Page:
I love Paul Robinson. No, not the peg-legged arch villain from Neighbours, nor the impostor that plays for Bolton. I’m referring to the real Paul Robinson. The one that used to play in goal for Spurs.
The reason I love Paul Robinson so much is because of his relationship with the fans. It doesn’t take much of an effort from a player to get the crowd on his side, but surprisingly few of them bother to interact with the supporters in any way. It’s worth the effort though. Look at how Didier Zokora got people to ignore the fact that he was useless for so long by doing that silly dance.
Robbo always made an effort and because of this, became a cult figure with the Park Lane crowd. From where I stand (because all seater stadiums aren’t actually forcible if you just show a little collective solidarity) I can’t see the scoreboard. This was never a problem when dear old Robbo was around. Whenever you asked him the score, he would display it via the medium of his hands.
Unlike other players, he never took the chanting of his name for granted. On every occasion he’d give us a thumbs up to let us know that he appreciated our support.
In his first couple of seasons at Spurs he was terrific for us. It was always clear that he was never going to be Pat Jennings when it came to dealing with crosses, but his shot stopping was exceptional. He became England’s number one, which the Park Lane would remind him of whenever they had the opportunity.
Then in his third season, Robinson’s form started to become more erratic. He got a lot of stick after a Gary Neville pass back bobbled over his foot and into the net, while on duty for England against Croatia. The incident seemed to have an effect on his confidence at club level, particularly when it came to crosses.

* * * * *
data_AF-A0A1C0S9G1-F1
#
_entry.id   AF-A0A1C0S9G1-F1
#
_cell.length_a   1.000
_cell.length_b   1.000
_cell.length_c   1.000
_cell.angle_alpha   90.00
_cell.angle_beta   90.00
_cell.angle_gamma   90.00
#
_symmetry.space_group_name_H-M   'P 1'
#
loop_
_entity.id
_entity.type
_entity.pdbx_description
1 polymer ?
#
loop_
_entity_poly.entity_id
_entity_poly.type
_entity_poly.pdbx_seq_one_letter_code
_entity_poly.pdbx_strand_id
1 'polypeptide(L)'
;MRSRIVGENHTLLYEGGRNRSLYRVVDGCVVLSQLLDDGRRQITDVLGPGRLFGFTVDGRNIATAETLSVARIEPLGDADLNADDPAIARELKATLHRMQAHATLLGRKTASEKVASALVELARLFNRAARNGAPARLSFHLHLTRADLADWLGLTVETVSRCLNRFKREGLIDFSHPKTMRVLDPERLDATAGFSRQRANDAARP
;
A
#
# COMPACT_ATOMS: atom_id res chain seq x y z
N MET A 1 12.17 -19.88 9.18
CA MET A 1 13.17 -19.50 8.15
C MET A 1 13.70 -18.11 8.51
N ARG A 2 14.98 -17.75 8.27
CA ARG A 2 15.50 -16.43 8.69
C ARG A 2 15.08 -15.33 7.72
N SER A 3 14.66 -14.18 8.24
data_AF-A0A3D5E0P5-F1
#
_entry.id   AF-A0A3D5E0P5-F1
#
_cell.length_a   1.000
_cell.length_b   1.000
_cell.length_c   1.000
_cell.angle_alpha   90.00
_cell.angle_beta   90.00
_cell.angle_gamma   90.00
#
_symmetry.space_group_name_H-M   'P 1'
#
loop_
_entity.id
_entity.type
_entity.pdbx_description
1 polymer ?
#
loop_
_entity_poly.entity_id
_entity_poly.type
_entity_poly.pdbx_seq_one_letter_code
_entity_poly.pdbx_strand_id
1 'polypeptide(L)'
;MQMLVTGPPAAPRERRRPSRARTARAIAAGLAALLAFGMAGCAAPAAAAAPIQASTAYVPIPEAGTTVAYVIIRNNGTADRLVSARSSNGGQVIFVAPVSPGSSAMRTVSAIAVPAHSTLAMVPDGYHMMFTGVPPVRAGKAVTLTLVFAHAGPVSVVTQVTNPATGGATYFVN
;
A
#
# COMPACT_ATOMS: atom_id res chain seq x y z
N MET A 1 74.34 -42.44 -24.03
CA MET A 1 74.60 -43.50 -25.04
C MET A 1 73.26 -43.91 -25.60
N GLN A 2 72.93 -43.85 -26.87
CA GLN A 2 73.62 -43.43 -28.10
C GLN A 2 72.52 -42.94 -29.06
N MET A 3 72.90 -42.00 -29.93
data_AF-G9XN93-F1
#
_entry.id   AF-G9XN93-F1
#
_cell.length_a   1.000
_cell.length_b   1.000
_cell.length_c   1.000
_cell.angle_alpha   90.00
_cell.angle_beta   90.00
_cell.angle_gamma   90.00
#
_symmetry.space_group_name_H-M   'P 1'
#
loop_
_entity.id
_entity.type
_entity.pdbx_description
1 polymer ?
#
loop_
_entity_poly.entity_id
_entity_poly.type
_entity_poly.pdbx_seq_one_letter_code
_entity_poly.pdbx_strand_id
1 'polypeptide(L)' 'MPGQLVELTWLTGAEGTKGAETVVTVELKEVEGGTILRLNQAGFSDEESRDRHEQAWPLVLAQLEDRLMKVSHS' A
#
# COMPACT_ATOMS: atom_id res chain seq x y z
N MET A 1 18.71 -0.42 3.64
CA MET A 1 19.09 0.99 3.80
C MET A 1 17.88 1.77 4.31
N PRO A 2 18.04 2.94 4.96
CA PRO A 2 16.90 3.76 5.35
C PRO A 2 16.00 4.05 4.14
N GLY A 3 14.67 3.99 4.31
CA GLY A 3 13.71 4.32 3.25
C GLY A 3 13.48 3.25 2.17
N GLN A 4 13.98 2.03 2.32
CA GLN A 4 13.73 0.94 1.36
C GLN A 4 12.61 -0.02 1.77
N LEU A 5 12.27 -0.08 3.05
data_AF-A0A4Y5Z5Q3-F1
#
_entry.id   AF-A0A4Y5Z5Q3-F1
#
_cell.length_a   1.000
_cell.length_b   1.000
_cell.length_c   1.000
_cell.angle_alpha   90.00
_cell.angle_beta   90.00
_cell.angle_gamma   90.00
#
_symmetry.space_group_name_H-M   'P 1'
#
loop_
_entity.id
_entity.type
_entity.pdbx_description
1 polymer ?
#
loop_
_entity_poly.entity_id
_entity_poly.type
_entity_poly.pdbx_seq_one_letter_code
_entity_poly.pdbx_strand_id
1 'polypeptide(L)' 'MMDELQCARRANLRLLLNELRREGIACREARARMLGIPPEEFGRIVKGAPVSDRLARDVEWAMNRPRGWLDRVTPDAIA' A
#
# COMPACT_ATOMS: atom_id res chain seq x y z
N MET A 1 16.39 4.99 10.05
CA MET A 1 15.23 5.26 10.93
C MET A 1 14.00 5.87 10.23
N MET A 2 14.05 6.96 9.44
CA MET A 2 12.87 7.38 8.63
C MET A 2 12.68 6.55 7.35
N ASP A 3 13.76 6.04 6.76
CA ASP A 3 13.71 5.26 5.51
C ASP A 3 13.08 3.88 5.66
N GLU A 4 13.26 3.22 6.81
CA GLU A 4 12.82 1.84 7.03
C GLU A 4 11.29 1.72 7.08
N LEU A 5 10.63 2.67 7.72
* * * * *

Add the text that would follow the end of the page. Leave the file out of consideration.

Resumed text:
In his fourth season things went from bad to worse. Martin Jol was sacked early on and his replacement Juande Ramos wasn’t the type of manager to shore up the defence, which might have helped to rebuild Robinson’s confidence.
Robinson was eventually dropped for Radek Cerny and though he won back his place to play against Chelsea in the Carling Cup final, his season and Spurs career, ended in failure. His last game for Spurs was a 4-1 home loss to Newcastle, in which the fans’ favourite did not exactly cover himself in glory.
In the summer of 2008, Robbo joined Blackburn Rovers. Juande Ramos and Tottenham replaced him with Heurelho Gomes, who would go on to make a string of errors in his first few months at the club. It wasn’t until Harry Redknapp took charge and appointed Tony Parks as a goalkeeping coach, that Gomes’ form started to improve. Is it impossible that a manager like Redknapp might have been able to restore Robinson’s form in a similar manner?
I guess we’ll never know. Instead we’re left with a date in the diary that is always a little more special for fans in the Park Lane than it really should be. It’s the day when Paul Robinson and Blackburn Rovers come to White Hart Lane and we all get to show him how highly he is still regarded at Tottenham.
It was a great shame that Robbo picked up an injury in the first half, because during a pretty boring start to the game, the only thing that was lifting our spirits was the chanting towards our former goalkeeper. “You’re Spurs and you know you are” we sang. Robinson’s grin told us that we weren’t far wrong.
I leave you with a video that sums up Paul Robinson and his relationship with the Tottenham crowd. We’re away to Slavia Prague and the Spurs fans start a chant: “Robbo, give us a song…”
Having got the man’s attention, a call of “shush” quietens the mob. Though separated from the crowd by an athletics track, Robbo’s Yorkshire accent comes booming towards the stands: “Stand up if you hate Arsenal…”
Paul Robinson. Tottenham legend.